The city’s healthcare system peaked just weeks after the first case was discovered in February 2020, resulting in large numbers of corpses being left in hospitals and care homes. squirrels, as well as on the street. Images of bodies accumulating on the streets that circulated in global media were among the first to show what happened when COVID-19 reached densely populated urban areas.

School closures during the COVID-19 lockdown have a negative impact on the nutritional needs of children, as schools provide a daily meal for each child under the age of five.

UNU-EHS / Polina Schapova

School closures during the COVID-19 lockdown have a negative impact on the nutritional needs of children, as schools provide a daily meal for each child under the age of five.

A complex, fragile web

However, prior to COVID-19, the link between such risks may not be immediately apparent in our daily lives. Nor is the systemic nature of these risks, i.e. how they affect, or could potentially affect, society as a whole beyond the original problem.

First, we tend to think about systemic risks related to what happened in the aftermath of the 2008 financial crisis, where the failures of major banks spread across the economy. economy, causing millions of job losses and triggering a global recession.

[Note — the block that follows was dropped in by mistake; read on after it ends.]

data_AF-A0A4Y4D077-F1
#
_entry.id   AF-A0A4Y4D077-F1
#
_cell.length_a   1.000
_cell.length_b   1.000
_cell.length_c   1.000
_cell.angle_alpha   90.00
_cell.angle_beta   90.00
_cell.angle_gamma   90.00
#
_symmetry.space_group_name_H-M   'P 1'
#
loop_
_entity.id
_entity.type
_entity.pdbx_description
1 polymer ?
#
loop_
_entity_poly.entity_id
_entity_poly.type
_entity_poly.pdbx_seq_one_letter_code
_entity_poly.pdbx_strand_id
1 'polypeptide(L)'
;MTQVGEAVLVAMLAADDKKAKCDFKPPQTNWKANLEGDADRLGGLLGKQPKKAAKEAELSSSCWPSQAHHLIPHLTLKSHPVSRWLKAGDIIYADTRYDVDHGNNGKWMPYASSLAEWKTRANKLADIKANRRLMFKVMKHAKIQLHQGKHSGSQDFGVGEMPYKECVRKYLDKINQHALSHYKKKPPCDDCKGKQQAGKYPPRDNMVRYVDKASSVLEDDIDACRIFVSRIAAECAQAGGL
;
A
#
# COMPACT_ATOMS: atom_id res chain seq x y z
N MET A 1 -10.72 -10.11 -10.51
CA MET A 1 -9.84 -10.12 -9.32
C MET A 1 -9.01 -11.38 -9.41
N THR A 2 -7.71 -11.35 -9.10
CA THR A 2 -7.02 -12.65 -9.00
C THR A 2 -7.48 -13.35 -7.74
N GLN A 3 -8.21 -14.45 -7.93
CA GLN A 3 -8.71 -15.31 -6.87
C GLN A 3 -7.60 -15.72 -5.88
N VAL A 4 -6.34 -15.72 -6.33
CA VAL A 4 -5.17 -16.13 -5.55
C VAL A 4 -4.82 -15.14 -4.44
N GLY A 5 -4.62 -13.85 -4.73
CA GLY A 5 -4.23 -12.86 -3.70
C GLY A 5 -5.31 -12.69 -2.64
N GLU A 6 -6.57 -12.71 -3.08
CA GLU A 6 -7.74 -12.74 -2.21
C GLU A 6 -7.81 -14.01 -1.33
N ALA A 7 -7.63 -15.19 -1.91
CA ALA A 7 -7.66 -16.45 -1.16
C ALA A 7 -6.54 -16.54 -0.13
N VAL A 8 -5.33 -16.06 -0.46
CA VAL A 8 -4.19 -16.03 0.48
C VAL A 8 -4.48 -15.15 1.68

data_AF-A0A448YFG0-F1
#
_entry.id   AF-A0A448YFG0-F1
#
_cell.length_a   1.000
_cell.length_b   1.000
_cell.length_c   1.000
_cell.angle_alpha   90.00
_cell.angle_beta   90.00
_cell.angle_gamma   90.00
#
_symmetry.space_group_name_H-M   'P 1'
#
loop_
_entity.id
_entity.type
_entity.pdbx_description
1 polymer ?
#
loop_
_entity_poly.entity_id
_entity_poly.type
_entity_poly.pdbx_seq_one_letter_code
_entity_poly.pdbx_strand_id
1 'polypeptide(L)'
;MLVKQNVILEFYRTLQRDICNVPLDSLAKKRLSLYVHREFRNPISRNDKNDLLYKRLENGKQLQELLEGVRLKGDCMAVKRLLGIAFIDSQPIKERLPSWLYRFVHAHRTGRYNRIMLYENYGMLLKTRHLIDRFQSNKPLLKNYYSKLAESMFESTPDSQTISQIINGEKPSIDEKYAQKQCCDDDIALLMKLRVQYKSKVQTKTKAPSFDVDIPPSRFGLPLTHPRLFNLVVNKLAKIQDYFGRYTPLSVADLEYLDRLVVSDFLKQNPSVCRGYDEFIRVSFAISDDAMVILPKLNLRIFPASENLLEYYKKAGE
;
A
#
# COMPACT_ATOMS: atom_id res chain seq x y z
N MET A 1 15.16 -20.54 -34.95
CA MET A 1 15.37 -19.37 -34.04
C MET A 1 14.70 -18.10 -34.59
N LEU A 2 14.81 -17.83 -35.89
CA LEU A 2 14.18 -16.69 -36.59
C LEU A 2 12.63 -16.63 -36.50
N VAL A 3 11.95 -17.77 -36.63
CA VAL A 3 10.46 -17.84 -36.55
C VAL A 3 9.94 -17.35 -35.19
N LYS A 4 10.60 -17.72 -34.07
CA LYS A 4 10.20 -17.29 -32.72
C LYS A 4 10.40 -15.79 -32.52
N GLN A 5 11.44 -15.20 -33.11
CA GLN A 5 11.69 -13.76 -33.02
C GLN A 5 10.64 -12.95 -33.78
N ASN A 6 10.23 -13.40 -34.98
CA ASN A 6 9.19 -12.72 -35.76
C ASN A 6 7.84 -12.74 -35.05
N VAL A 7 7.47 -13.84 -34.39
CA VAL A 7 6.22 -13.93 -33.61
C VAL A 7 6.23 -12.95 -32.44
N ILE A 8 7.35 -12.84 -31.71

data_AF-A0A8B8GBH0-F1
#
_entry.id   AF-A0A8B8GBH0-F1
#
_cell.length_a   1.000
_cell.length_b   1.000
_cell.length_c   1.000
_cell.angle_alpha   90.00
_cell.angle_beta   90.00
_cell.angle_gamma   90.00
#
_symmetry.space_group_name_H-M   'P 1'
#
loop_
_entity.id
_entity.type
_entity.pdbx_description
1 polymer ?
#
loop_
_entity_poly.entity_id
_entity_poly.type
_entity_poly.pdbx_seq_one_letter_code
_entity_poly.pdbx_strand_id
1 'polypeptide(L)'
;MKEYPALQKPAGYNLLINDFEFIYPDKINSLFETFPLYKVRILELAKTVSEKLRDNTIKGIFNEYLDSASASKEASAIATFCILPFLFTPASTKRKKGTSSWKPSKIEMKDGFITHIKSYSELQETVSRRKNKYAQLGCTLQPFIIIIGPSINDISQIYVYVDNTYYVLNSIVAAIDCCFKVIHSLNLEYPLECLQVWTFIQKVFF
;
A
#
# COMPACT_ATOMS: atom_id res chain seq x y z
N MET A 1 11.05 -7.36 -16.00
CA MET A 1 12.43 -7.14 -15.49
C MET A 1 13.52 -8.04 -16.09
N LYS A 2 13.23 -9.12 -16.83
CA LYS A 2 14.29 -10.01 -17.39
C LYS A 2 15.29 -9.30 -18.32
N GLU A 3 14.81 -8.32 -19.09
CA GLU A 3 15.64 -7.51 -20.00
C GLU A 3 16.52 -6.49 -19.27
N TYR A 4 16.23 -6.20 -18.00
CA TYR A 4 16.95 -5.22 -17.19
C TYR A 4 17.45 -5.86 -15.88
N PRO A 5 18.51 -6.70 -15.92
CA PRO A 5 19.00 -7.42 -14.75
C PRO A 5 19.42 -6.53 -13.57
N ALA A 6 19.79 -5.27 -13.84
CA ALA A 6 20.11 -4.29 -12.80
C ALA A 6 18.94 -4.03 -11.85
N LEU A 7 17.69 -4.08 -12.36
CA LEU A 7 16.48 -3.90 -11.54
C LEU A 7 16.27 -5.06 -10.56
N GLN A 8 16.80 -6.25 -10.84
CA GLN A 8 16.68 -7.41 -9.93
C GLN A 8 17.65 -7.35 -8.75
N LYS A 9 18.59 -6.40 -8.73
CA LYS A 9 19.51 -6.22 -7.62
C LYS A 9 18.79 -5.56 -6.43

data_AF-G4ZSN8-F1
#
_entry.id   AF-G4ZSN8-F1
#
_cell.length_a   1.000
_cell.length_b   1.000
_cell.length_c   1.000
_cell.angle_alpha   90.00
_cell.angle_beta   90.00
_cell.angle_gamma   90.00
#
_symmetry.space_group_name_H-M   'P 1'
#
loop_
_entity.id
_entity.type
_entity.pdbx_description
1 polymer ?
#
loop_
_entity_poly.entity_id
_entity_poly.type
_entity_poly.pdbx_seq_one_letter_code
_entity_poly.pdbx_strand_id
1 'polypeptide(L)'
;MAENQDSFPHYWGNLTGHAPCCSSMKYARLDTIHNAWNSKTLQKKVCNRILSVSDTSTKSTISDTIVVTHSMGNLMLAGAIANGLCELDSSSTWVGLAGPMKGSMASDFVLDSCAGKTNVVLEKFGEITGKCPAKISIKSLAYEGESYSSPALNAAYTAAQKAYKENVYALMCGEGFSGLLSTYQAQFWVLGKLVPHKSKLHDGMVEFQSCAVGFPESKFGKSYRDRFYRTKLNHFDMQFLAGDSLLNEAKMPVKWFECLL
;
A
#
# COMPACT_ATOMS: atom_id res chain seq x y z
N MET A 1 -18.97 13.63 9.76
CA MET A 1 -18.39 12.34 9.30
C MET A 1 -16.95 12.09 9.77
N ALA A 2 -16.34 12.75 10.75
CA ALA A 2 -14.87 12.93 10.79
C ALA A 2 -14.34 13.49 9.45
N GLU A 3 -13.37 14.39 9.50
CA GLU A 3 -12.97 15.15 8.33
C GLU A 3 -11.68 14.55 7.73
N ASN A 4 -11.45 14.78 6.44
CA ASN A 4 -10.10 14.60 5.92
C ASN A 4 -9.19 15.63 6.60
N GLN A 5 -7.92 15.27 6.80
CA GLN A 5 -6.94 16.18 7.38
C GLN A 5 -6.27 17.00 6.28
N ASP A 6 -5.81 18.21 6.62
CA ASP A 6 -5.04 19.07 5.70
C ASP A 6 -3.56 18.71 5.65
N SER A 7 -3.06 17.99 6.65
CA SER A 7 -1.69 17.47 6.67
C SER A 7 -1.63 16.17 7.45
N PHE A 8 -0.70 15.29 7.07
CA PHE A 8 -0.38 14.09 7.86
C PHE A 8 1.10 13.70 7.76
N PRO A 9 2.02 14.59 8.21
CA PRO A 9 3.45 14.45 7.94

Other examples can be seen of how climate change, natural hazards and, more recently, the global aftermath of the war in Ukraine have brought to our world the way our world depends. on a complex, often fragile, interdependent web of factors that, if destabilizing, can cause. devastating effects on society as a whole. For example, Ukraine and Russia are both important global producers of grains and fertilizers. One of the possible effects of war is rising global food prices, leading to a higher cost of living for those who can afford it and pushing those who can’t deeper into food insecurity. real.

Guayaquil, a port city in Ecuador.

Unsplash / Andrés Medina

Guayaquil, a port city in Ecuador.

It’s time to take a broader view

The emergence of COVID-19 has forced a broader view of systemic risks. The good news is that it has expanded understanding of these risks and how to address them.